I used to read this design magazine (remember those?) called ReadyMade. It was a quirky diversion from typical magazines because it focused on things we don’t tend to associate with the design industry such as sustainability and DIY projects that discourage consumerism in favor of reuse and repurposing of castaway items. As a lifelong lover of making things with old junk (ask my poor mother about raising me) it was probably my favorite magazine of all time.
They had a regular column titled “How did you get that f@#$%^& awesome job?” I read it religiously. It featured creative people doing sometimes remarkable, and occasionally off the wall things. Who knew someone could make a living with a skeleton shop? And yes, that is a real thing. While I was fascinated by these people I hadn’t yet considered that I could be one of them.
What do you want to be when you grow up?
Aside from a period in third grade when I planned to be a princess/cheerleader, as far back as I can remember I planned to be an artist. I didn’t really know exactly what that would look like, and nobody really questioned the idea until I didn’t outgrow the crazy notion. Eventually my parents pushed me to explore some “real jobs.”
I wasn’t super keen on the idea, but it made everyone else feel better about my aspirations when I chose to major in art education in undergraduate school. Turns out I loved teaching, but long story short, I hated working for a school district. I worked on a masters degree, this time in psychology, and I studied creativity theory. I got the offer of a lifetime and at a very young age became an executive in one of the largest museums in the country. There wasn’t a day that I worked at the Detroit Institute of Arts that I didn’t feel honored just to be there.
Life happened though, as it is want to do, and I ended up having to leave the museum due to a divorce-related comedy of errors that is another story unto itself. I found myself in Ohio again, trying to find work in museums or art centers, and working a string of unrewarding jobs along the way. I met my husband, moved to Mansfield, had one last stint in an arts organization, and when that fell apart so did I.
How did I get this f@#$%^& awesome job?
Up to this point I held this limiting belief that the only way I’d make a living as an artist would be to work for some arts institution. With only one employer in my field in Mansfield, now a former employer, my future looked pretty bleak.
Sometimes adversity is opportunity if you choose to see it that way. You’ll never hear me say, “Everything happens for a reason,” because I simply don’t believe that. Life is messy, horrible things happen, and it’s perfectly acceptable to experience the low times for exactly what they are–miserable. BUT–we can’t dwell there.
“Pour yourself a drink, put on some lipstick, and pull yourself together.”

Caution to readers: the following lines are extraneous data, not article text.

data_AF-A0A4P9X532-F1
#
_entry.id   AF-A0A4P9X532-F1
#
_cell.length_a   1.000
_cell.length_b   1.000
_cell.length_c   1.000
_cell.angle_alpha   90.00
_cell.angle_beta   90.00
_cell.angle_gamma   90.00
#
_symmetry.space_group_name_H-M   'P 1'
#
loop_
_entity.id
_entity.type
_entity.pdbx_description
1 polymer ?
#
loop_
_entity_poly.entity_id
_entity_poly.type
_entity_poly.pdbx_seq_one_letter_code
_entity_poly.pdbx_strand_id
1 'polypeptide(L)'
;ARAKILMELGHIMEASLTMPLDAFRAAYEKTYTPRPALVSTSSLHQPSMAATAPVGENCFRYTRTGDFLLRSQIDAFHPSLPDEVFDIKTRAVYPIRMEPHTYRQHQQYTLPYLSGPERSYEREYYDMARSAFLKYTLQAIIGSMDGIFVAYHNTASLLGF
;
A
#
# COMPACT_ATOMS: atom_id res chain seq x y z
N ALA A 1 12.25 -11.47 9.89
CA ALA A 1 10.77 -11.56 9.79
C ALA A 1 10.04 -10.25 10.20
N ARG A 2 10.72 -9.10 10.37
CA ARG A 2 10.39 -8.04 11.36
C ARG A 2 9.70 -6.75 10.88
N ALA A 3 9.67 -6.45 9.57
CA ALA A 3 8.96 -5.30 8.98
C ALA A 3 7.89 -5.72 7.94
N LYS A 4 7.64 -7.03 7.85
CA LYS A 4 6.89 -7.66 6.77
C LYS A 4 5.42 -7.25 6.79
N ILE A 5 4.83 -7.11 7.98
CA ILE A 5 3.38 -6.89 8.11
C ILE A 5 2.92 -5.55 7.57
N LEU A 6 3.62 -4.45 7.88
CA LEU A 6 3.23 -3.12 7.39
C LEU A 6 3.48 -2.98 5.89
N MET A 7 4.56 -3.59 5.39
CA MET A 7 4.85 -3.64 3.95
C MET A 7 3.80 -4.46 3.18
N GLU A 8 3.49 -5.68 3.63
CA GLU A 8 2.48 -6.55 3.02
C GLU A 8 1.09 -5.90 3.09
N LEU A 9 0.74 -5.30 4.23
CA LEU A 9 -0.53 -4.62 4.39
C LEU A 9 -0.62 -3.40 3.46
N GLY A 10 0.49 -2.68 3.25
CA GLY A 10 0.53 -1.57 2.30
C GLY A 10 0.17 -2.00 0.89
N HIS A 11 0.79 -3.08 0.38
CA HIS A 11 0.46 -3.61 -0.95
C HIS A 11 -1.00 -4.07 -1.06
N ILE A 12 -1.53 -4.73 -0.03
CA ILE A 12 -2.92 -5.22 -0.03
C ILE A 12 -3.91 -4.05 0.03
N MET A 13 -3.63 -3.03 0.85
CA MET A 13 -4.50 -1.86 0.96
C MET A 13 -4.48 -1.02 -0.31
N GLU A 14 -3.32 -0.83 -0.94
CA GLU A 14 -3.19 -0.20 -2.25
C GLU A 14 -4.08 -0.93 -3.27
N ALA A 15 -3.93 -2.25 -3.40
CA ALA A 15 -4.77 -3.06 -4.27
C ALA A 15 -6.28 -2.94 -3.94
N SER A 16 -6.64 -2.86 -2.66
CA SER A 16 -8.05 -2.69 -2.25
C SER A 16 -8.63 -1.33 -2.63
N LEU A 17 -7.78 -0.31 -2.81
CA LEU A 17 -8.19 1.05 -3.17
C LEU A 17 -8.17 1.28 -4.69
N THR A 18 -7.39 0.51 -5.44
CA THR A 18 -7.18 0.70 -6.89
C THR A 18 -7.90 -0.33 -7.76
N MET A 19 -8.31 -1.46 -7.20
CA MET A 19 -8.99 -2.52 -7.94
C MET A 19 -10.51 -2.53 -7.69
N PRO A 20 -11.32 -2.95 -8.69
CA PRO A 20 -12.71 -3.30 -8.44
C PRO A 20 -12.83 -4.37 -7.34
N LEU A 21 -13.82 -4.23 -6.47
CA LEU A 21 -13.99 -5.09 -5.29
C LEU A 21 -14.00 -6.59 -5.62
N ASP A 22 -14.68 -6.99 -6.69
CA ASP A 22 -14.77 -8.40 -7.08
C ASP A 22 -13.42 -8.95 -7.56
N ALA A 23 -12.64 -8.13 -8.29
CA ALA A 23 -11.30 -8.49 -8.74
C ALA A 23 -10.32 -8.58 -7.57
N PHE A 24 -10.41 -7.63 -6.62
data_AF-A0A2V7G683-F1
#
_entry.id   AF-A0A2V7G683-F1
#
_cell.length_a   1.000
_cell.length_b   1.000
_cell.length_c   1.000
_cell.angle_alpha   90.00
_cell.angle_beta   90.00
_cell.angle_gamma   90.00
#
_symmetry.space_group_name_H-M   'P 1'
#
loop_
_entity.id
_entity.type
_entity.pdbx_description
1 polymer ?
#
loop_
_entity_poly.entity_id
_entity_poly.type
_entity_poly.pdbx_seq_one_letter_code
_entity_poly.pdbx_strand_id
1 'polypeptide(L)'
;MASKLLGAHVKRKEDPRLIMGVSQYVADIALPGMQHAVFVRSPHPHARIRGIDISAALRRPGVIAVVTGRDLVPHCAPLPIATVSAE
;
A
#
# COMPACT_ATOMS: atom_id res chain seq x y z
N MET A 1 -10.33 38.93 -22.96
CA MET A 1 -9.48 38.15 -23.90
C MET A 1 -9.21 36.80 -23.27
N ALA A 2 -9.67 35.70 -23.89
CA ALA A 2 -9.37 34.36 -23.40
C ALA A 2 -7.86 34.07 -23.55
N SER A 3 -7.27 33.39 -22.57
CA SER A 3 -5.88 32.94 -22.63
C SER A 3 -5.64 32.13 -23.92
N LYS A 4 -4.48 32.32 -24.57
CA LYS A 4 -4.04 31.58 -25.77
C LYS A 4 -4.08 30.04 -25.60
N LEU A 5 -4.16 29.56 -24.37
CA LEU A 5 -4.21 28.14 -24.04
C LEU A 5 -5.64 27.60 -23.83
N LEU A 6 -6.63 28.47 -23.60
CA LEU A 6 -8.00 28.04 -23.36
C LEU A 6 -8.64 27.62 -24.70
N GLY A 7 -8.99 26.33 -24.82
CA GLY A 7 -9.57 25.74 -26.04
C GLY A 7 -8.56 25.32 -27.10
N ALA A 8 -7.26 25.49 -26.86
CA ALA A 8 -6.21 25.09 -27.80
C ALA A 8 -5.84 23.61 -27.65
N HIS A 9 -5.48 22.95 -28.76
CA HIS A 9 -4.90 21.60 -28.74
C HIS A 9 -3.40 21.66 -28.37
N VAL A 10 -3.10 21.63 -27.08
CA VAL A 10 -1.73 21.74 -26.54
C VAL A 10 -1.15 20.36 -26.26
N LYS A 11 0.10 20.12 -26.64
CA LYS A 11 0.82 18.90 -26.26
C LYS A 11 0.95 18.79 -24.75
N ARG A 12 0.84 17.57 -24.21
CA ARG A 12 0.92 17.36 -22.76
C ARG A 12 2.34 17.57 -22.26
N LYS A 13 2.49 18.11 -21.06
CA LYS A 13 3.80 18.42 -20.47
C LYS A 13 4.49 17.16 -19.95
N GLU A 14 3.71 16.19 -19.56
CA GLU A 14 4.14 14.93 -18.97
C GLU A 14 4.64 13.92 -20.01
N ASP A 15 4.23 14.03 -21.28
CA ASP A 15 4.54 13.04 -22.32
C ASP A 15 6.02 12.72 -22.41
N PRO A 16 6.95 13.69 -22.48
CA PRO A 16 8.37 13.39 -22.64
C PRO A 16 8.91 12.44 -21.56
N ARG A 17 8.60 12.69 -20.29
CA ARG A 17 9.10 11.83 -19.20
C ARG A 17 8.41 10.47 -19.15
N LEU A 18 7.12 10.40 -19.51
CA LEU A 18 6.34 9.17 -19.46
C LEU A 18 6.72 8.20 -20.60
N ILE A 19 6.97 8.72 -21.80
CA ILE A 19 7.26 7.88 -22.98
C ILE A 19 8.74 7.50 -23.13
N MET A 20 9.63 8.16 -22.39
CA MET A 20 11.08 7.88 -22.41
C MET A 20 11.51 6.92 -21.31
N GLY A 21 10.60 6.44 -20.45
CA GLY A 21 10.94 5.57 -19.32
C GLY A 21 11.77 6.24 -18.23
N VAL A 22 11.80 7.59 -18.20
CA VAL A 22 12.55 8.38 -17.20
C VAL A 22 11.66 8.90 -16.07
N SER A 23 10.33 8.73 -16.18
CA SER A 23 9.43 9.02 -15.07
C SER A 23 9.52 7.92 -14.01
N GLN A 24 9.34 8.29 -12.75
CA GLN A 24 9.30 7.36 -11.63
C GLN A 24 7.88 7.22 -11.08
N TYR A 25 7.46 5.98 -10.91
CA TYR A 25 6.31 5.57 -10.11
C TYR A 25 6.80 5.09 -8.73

― Elizabeth Taylor
I took Elizabeth Taylor’s advice and continued to show up at meetings and events, and volunteered more for the causes I cared about.
A friend messaged me and planted a very important seed. She said, “Maybe now is the time to start something of your own.” This began an interesting journey to find my footing and really flesh out an idea that had legs.
Somewhere in the universe you can find this perfect overlap of what you know, what you’re good at, who you are, what you’re passionate about, and what people will pay for. It takes time, reflection, openness, confidence, risk taking, and a bunch of other things that don’t cost a penny, but will tax your soul.
In time I launched Tog Loft. We’re a unique organization that helps photographers of all types to grow in the way that works best for them. Whether you want to take better snapshots of your kids, or plan to transition to becoming a full-time photographer, we help you achieve those goals. It’s incredibly fulfilling work and I’m very proud of our members and what we do in our community.
I also had this side hustle doing public relations, freelance writing, and marketing. I’d never taken it particularly seriously, but at some point I realized that I had a “real business” and maybe I should treat it as such. We took our formerly part-time business full-time and Graziani Multimedia became an agency. We help businesses to grow, and that is such a wonderful privilege.
Yes, you can make a living in the arts
None of it happened overnight, and looking back it’s interesting to see how my career has evolved, and no doubt will continue to do so. As a kid I never would have dreamed that I’d own a digital marketing agency, in part because the internet didn’t really exist then, but also because I lacked exposure to the vast array of cool careers that exist. And I certainly didn’t think about creating something that didn’t exist, like Tog Loft.
As it turns out a combination of education in the arts and psychology is the perfect blend of art and science that makes my mind wired wonderfully for marketing, especially in a digital age. The most important lesson I’ve learned along the way is that sometimes the perfect job will never be posted on a job board. Occasionally it is up to us to make our own luck, and that has made all the difference for me.
All jobs are real jobs
I’d also like to point out that there are many paths that artists take, and sometimes a person’s day job is a means to support their work, but not their creative work. Many a gifted artist have worked non-arts jobs in the post office, as did William Faulkner, as theater managers like Bram Stoker, or even as a stockbroker, like Paul Gauguin. Sometimes art as a job takes the joy out of the work and another job is a better service to the artist.
Whenever I hear someone snark that a foolish college kid is going to end up working in a coffee shop or bartending forever because they chose to pursue the arts I cringe. Many great artists have done just that, and were all the happier for it. I know I am.